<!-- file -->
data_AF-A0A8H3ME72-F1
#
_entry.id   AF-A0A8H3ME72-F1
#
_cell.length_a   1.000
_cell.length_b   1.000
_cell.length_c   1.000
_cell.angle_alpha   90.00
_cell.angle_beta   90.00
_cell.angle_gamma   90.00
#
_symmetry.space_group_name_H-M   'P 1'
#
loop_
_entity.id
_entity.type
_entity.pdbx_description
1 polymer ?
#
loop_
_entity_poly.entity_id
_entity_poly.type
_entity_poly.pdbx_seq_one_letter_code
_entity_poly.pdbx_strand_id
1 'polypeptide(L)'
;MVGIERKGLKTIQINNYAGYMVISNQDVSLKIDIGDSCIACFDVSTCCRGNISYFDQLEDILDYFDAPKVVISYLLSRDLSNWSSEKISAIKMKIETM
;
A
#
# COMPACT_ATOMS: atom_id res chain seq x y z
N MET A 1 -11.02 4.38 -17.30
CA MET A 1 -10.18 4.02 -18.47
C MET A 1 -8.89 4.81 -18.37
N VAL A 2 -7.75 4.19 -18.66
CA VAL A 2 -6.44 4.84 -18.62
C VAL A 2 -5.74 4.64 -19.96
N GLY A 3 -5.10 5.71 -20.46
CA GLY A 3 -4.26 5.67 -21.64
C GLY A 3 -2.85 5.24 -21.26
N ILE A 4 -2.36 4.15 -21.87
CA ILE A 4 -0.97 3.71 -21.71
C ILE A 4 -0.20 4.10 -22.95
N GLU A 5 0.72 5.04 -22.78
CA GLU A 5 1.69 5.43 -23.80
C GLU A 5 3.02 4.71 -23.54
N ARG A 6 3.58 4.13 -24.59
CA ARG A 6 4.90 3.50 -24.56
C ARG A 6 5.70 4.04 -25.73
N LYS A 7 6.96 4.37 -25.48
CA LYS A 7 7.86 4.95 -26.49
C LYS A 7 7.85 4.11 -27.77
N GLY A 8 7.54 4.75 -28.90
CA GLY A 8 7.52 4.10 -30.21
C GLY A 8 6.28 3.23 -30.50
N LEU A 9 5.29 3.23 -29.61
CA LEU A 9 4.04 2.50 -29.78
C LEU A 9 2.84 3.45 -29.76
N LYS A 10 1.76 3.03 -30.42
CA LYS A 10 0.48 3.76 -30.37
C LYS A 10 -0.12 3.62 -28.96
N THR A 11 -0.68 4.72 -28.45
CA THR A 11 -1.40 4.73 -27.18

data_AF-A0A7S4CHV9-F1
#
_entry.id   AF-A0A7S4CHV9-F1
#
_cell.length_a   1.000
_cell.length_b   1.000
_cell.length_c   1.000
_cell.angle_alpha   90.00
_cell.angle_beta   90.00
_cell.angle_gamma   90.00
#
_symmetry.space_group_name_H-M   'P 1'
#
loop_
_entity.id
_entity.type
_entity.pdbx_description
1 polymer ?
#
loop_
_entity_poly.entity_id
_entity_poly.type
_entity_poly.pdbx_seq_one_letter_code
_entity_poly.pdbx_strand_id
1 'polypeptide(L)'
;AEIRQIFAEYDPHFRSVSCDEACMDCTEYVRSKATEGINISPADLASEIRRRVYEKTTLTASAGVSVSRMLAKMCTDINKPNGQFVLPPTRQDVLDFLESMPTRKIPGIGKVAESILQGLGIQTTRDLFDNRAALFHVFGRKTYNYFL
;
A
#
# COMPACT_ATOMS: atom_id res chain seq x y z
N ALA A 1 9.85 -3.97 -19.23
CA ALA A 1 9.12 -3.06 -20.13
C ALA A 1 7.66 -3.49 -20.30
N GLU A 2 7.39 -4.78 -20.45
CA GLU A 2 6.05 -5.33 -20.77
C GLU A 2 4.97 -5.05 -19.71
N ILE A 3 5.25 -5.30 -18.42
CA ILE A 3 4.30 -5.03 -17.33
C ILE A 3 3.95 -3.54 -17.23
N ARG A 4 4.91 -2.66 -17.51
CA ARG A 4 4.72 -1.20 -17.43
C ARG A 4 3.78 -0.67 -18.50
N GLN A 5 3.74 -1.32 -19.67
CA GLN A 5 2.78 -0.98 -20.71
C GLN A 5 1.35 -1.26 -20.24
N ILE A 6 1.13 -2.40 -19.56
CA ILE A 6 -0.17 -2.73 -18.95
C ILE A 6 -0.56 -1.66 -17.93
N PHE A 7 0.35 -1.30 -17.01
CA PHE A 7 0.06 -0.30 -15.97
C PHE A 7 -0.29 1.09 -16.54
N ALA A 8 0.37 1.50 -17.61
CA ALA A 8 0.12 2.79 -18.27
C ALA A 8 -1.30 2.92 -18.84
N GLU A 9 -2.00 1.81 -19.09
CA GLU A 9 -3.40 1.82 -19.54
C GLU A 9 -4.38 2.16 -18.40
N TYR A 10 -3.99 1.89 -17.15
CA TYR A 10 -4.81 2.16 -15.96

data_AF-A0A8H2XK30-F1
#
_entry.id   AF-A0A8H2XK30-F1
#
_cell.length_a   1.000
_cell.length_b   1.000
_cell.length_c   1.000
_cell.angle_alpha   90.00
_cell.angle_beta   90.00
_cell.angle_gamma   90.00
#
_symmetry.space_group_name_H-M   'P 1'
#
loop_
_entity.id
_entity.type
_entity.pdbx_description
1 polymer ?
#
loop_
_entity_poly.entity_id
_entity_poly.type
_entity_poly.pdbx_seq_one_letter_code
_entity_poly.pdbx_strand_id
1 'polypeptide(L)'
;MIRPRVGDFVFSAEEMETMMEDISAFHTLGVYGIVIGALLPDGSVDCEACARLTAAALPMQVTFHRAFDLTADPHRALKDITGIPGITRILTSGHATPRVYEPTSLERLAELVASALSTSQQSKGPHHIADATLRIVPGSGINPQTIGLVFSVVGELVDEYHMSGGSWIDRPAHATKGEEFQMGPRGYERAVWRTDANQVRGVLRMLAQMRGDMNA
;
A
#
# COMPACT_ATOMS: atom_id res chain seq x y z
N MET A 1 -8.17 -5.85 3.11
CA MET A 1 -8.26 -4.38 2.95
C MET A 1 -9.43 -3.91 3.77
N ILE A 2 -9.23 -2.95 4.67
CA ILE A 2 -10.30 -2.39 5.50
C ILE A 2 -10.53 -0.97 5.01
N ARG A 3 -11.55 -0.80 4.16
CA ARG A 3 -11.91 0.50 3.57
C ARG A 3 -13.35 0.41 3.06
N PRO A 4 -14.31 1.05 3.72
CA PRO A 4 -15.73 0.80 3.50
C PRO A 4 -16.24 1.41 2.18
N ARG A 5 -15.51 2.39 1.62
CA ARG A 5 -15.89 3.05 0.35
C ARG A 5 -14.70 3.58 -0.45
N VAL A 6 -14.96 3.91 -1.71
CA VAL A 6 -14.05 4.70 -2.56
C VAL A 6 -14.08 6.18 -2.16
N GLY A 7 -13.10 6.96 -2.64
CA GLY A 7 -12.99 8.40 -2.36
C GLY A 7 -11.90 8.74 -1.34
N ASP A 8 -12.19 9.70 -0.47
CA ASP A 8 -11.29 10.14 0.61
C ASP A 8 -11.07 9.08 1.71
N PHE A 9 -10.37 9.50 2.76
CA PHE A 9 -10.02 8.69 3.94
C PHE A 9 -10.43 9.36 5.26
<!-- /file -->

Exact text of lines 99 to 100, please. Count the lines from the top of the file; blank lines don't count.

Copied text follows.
N ILE A 3 5.25 -5.30 -18.42
CA ILE A 3 4.30 -5.03 -17.33